Michigan schools look to panic button in emergencies
It’s not unusual for Brian Metcalf to hear the siren of an ambulance or police car headed toward one of his schools while receiving a text notifying him of an emergency.
That’s because Grand Ledge Public Schools superintendent and his school staff have installed a "panic button app system" on their smartphones. The app allows school personnel to have instant communication with 911 centers and first responders during an emergency.
“It happens very, very quickly," he said. "I can’t image how we would do it faster than the app allows us to do."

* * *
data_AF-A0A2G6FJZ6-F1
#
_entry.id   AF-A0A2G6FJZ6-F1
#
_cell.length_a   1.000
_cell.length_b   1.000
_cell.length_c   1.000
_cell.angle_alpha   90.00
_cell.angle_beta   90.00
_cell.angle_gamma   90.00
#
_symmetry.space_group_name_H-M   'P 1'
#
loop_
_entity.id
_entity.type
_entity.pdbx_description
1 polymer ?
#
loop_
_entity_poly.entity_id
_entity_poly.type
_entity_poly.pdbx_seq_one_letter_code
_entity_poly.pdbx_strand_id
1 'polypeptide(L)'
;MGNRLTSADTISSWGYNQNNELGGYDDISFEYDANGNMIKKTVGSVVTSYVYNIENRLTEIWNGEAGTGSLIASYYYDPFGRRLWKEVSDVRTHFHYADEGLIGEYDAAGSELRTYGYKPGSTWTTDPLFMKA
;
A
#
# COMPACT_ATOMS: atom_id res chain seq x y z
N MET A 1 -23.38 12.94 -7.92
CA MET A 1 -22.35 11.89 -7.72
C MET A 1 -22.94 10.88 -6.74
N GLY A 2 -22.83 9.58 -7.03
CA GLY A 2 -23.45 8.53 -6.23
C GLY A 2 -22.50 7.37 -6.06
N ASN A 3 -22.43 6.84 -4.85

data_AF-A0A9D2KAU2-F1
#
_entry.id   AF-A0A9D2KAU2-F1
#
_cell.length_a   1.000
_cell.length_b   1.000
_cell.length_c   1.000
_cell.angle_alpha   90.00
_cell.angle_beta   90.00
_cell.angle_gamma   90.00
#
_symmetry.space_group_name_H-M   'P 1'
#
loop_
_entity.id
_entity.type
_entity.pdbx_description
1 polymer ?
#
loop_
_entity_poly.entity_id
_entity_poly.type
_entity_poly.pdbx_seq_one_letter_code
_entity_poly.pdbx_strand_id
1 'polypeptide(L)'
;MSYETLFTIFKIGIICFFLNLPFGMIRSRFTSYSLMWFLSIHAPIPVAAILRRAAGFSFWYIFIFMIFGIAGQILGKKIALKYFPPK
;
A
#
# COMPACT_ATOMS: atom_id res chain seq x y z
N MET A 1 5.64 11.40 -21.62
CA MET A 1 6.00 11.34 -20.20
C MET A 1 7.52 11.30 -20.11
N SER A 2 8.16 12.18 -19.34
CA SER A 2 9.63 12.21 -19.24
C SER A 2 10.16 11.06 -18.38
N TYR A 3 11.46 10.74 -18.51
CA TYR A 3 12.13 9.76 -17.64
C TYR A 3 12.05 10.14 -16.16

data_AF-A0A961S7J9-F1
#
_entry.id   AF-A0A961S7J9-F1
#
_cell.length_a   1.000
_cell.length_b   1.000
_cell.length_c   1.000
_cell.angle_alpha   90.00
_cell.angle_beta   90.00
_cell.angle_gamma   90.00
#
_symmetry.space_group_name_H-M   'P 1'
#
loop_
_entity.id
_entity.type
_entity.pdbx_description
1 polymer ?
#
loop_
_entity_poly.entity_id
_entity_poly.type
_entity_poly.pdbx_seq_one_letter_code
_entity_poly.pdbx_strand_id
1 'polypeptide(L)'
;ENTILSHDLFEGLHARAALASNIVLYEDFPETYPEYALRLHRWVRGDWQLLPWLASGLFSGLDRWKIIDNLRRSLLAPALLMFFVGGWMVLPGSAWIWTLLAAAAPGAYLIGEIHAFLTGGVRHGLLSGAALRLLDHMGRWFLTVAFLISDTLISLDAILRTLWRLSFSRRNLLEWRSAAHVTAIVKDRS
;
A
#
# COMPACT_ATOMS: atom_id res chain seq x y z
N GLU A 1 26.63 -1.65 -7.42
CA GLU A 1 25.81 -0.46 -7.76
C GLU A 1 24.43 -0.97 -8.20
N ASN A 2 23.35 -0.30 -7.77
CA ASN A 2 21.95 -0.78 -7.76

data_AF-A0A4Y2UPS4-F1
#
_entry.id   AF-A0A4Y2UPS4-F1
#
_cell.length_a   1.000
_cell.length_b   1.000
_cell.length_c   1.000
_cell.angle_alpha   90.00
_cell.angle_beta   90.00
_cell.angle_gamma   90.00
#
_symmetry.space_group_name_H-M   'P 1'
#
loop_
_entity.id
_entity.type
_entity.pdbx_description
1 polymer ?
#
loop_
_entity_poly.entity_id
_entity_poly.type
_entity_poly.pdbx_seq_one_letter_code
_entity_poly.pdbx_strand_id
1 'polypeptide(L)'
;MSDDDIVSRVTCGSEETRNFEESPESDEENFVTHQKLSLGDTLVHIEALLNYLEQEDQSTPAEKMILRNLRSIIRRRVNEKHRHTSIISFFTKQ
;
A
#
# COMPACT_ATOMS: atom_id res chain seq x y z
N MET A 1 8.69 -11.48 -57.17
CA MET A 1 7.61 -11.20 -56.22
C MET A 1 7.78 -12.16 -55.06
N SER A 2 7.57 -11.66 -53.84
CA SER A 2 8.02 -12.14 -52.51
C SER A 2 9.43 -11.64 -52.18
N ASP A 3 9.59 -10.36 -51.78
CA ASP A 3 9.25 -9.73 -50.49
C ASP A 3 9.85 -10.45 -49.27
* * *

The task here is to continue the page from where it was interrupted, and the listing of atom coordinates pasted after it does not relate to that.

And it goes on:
In the wake of violent attacks on public schools across the United States, Michigan lawmakers want to offer school districts $25 million in school safety grants they can use to subscribe to a panic button app system and other security measures.
The money, which is part of a $58 million package for school safety, would go in the State Police budget and is expected to be approved by lawmakers on Tuesday.
In Grand Ledge, educators are using the Rave Panic Button. One press opens the app. Then the user selects one of five circled options: active shooter, fire, police, AED (automated external defibrillator) and other.
When the app is activated, it first calls 911. While that call is being set up with dispatchers to collect critical information, the app immediately triggers a mass notification to key school officials.
That means school personnel often get alerts before emergency responders are on the scene.